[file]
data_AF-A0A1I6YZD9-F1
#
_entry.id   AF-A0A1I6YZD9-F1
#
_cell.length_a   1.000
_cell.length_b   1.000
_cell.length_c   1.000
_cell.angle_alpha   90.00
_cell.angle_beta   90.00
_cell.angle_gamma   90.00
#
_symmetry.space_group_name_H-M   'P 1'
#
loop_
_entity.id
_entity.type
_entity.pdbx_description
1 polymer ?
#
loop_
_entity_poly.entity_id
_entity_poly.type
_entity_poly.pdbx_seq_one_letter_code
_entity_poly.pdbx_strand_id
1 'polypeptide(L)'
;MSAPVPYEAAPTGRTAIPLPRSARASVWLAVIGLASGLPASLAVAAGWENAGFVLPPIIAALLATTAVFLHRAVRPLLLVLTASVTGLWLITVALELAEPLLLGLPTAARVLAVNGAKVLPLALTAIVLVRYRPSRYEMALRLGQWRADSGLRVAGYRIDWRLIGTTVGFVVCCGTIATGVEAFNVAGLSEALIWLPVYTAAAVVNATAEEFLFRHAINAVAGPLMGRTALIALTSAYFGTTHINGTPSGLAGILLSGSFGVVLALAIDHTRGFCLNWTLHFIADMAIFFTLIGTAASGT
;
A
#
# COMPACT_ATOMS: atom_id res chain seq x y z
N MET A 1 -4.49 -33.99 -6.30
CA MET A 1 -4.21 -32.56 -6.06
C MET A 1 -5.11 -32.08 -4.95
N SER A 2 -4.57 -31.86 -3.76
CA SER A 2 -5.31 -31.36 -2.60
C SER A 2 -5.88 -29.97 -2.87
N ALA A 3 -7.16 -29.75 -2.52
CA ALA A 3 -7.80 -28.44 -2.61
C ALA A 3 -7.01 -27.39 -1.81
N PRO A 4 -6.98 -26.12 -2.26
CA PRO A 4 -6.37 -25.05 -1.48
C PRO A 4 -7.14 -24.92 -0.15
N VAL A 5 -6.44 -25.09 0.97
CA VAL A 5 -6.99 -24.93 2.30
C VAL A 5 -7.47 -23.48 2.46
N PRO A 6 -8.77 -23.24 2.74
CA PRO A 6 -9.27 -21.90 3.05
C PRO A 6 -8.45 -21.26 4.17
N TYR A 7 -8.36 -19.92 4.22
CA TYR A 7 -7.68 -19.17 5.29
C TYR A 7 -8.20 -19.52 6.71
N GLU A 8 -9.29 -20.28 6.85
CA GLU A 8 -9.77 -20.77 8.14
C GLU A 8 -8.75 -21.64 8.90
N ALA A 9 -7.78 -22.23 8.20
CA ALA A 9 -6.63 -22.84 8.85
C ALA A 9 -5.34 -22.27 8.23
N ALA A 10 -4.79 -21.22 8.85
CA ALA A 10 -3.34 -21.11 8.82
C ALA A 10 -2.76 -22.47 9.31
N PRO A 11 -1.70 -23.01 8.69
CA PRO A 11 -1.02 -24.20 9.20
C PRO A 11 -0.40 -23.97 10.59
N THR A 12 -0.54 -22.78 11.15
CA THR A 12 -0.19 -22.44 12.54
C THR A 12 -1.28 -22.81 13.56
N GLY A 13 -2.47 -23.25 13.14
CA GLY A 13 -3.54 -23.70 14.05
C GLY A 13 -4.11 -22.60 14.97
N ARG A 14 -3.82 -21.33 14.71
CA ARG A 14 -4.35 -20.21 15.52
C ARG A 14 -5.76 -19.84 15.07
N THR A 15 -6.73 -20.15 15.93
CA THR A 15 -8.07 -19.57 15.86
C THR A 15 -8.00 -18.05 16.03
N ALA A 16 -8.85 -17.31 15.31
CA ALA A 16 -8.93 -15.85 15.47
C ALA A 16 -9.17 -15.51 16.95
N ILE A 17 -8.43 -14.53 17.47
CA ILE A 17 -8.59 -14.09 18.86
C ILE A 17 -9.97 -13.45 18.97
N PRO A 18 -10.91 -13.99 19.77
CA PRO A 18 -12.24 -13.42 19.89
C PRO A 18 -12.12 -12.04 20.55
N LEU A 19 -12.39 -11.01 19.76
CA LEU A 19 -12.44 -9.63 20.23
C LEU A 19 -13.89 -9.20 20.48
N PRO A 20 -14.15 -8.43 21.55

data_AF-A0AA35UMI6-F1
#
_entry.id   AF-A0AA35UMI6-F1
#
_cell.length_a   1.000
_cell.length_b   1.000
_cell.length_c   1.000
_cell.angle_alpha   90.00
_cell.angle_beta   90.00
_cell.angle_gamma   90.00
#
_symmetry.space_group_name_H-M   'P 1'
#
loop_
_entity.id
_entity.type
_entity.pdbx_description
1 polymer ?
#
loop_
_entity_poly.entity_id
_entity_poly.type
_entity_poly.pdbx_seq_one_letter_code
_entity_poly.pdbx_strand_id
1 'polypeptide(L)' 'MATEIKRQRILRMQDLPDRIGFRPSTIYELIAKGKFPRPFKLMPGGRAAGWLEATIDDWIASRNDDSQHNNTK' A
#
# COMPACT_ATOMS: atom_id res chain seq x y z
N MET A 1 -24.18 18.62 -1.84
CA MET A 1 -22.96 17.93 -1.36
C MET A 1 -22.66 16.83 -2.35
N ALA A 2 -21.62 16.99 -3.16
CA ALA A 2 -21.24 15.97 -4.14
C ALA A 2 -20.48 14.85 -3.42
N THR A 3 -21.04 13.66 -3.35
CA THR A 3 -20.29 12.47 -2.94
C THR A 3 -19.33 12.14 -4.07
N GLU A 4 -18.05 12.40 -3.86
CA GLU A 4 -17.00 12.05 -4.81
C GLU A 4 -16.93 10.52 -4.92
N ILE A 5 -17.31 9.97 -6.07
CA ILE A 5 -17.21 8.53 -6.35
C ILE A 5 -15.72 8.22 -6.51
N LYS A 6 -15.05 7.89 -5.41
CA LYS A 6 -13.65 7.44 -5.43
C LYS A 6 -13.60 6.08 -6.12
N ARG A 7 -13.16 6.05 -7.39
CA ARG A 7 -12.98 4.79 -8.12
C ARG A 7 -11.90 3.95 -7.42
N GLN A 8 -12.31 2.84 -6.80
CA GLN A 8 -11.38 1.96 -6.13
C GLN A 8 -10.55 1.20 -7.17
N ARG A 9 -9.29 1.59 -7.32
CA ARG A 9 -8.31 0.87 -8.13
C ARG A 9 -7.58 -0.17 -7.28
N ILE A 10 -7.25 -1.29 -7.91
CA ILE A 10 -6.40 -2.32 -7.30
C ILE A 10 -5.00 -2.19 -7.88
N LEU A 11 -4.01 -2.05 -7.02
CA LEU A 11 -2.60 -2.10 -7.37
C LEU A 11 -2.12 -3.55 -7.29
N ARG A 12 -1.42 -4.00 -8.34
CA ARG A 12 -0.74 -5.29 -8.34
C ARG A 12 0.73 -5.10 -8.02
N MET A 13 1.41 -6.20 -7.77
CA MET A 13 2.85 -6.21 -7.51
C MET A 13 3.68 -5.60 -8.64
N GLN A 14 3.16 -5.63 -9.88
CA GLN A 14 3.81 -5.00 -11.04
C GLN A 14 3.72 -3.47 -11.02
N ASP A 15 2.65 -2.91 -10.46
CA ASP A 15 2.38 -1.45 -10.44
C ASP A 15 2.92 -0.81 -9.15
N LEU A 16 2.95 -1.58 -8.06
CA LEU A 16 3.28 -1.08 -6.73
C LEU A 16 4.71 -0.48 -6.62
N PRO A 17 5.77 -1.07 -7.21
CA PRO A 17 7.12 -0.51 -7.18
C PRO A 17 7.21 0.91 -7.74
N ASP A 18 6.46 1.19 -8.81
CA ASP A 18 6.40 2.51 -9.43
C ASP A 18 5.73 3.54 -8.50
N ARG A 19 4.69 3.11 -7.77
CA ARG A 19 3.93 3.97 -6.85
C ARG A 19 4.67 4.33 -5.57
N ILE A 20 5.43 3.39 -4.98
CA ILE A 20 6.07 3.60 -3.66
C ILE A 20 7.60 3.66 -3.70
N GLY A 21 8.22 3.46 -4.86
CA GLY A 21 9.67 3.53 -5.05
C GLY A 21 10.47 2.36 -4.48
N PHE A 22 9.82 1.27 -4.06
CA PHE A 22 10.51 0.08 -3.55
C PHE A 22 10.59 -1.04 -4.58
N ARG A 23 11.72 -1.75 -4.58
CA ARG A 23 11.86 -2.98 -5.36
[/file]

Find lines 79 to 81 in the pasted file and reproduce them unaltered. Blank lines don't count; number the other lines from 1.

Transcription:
N ILE A 17 -8.43 -14.53 17.47
CA ILE A 17 -8.59 -14.09 18.86
C ILE A 17 -9.97 -13.45 18.97